[Warning: The following contains spoilers for the final season of Lucifer. Read at your own risk!]
After a six-year run and 93 episodes, the final descent to Hell ends with a well-deserved, albeit heartbreaking conclusion as we say goodbye to Lucifer Morningstar and his earthly companions.
The Lucifersaga is a curious case; it exists in the zeitgeist conundrum of extreme popularity but almost critically awarded obscurity. It wasn't until 2021 that it garnered attention and a win from the Hollywood Critics Association and a nomination at the Primetime Emmys. And look, if there's anything we know in the Lucifer fandom, this show is anything but conventional in front of or behind the camera. On its resting Devil face, Lucifer, the supernatural police procedural about the Devil trying to solve any crime by whiskey time in Los Angeles, can admittedly come across as frothy and juvenile. Its literal tagline—and recurring joke throughout the show—is "crime-solving Devil, it makes sense, don't overthink it."
But, once the show was freed via cancellation from the stifling clutches of Fox's investigative case-of-the-week formula and revived on the less restrictive Netflix, the show was finally able to let its freak flag fly.
Through the show's long journey, the final season is a relatable testament to the choices and sacrifices we make in life in order to attain our greatest desires for both the viewers and more importantly, the characters themselves. Lucifer's journey through much of Seasons 1-3, was one seemingly etched in (fire and brim) stone. He was a selfish, immature, rebellious wayward prince who left Hell to cause light-hearted debauchery via his nightclub Lux, but got caught in the snares of Chloe Decker (Lauren German), a detective on the straight-and-narrow. The Netflix portions, Seasons 4-6, are really what allowed the show's writers, and showrunners Ildy Modrovich and Joe Henderson to really dig deep into the heart of the Devil.
The penultimate Season 5—originally written and filmed as the actual series finale— allowed Lucifer to realize that underneath all of his sex appeal and charisma was just a really sad Devil guy, scarred by thousands of years of unresolved issues with his father who had a bad habit of miscommunicating with those he loves most. But the season ends with him choosing to face his problems head-on, sacrificing himself for the woman he loves, and being resurrected as the new God.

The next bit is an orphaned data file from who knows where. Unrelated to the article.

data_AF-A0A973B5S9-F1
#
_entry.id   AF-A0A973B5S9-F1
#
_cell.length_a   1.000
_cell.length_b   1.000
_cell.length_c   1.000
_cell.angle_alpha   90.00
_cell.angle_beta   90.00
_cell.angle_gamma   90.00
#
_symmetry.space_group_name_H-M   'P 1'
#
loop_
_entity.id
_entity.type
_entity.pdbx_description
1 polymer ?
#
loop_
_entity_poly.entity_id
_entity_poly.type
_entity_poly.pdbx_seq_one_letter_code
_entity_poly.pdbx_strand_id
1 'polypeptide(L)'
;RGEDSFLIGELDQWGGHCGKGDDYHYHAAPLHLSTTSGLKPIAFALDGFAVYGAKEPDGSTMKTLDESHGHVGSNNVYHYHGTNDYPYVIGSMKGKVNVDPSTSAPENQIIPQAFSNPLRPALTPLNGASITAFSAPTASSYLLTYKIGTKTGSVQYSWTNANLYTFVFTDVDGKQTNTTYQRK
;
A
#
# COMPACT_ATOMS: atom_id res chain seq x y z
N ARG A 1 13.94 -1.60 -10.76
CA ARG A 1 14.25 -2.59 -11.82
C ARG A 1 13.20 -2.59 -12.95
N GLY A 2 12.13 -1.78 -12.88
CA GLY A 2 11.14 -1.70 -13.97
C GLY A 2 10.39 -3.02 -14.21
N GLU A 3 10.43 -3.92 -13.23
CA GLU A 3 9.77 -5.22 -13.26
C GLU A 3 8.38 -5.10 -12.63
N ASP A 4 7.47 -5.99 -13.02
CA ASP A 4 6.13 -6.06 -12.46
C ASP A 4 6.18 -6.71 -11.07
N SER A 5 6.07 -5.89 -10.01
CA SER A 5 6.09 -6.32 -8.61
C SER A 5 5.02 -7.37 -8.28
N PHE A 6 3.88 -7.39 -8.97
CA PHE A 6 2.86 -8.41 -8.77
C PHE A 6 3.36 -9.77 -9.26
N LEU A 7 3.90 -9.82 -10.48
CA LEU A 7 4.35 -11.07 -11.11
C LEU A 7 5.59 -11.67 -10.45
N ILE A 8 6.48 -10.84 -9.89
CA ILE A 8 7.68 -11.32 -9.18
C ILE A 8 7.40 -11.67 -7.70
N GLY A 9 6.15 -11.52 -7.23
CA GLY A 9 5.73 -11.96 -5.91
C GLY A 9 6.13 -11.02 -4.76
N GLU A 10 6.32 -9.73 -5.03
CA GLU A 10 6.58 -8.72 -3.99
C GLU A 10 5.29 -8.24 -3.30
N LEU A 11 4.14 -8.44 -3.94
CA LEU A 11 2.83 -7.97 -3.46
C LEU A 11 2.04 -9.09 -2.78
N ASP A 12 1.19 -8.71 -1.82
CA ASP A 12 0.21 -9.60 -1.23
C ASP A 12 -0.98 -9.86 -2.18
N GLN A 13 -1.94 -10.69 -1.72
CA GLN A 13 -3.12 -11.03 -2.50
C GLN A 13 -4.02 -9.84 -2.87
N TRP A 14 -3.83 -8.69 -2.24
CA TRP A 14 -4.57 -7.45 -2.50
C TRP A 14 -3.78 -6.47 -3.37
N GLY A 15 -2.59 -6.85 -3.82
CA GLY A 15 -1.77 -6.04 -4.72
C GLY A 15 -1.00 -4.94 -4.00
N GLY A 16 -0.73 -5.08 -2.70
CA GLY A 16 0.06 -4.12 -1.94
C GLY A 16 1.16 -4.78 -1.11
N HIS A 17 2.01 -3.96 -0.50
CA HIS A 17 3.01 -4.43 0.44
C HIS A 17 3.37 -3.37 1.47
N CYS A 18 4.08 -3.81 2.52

The one throughline that has remained consistent during the show's run is that it's never too late to be redeemed. So it makes sense that with the last-minute renewal of the final Season 6, that the point of second chances and starting a new lease on life is hammered home.
Season 6 picked up with Lucifer hesitantly trying to enjoy his last night in Los Angeles before he's supposed to ascend to the throne of Heaven. The irony being that he was rewarded for his selfless self-sacrifice with the throne that he thought he so desperately wanted and started quite the unholy war for, only to realize that perhaps he wasn't the right celestial for the job.
Meanwhile, the rest of the crew tried to find and follow their own paths to get to their happy endings. Eve (Inbar Lavi) tries to smooth out the remaining lines of defense in Maze's proverbial armor before their unholy matrimony. Dr. Linda (Rachael Harris) tries to come to terms with her misplaced feelings of inadequacy tied to Lucifer's reluctance to become the new God, mistakenly thinking that she's been a failure to him all these years because he doesn't want to ascend. Ella (Aimee Garcia) finally figures out that celestials exist and is rightfully given a powerful moment to shine when she confronts everyone about feeling excluded, and she opens her heart to a new man in her life. Dan (Kevin Alejandro) struggles to find the inner turmoil that keeps him trapped in limbo on Earth until he has a touching moment with his daughter, Trixie (Scarlett Estevez) that finally allows him to go to Heaven.